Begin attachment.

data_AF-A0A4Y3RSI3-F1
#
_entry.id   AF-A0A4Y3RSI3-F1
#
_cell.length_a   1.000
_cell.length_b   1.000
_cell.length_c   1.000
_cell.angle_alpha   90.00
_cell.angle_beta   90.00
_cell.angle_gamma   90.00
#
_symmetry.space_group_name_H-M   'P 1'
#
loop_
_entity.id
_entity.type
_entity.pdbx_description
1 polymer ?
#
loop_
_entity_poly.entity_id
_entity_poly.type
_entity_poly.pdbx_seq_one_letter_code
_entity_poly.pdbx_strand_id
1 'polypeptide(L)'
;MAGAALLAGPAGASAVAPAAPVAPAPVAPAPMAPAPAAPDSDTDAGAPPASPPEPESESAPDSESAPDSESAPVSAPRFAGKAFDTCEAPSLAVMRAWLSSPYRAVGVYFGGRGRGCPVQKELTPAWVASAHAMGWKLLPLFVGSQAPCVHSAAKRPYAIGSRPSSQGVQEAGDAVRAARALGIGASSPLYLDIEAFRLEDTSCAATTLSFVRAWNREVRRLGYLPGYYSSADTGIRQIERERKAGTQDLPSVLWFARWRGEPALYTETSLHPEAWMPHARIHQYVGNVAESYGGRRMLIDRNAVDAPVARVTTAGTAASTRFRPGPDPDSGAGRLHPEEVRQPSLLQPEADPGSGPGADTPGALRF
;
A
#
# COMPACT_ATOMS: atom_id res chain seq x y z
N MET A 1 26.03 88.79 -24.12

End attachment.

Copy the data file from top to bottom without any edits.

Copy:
data_AF-A0A4Y3RSI3-F1
#
_entry.id   AF-A0A4Y3RSI3-F1
#
_cell.length_a   1.000
_cell.length_b   1.000
_cell.length_c   1.000
_cell.angle_alpha   90.00
_cell.angle_beta   90.00
_cell.angle_gamma   90.00
#
_symmetry.space_group_name_H-M   'P 1'
#
loop_
_entity.id
_entity.type
_entity.pdbx_description
1 polymer ?
#
loop_
_entity_poly.entity_id
_entity_poly.type
_entity_poly.pdbx_seq_one_letter_code
_entity_poly.pdbx_strand_id
1 'polypeptide(L)'
;MAGAALLAGPAGASAVAPAAPVAPAPVAPAPMAPAPAAPDSDTDAGAPPASPPEPESESAPDSESAPDSESAPVSAPRFAGKAFDTCEAPSLAVMRAWLSSPYRAVGVYFGGRGRGCPVQKELTPAWVASAHAMGWKLLPLFVGSQAPCVHSAAKRPYAIGSRPSSQGVQEAGDAVRAARALGIGASSPLYLDIEAFRLEDTSCAATTLSFVRAWNREVRRLGYLPGYYSSADTGIRQIERERKAGTQDLPSVLWFARWRGEPALYTETSLHPEAWMPHARIHQYVGNVAESYGGRRMLIDRNAVDAPVARVTTAGTAASTRFRPGPDPDSGAGRLHPEEVRQPSLLQPEADPGSGPGADTPGALRF
;
A
#
# COMPACT_ATOMS: atom_id res chain seq x y z
N MET A 1 26.03 88.79 -24.12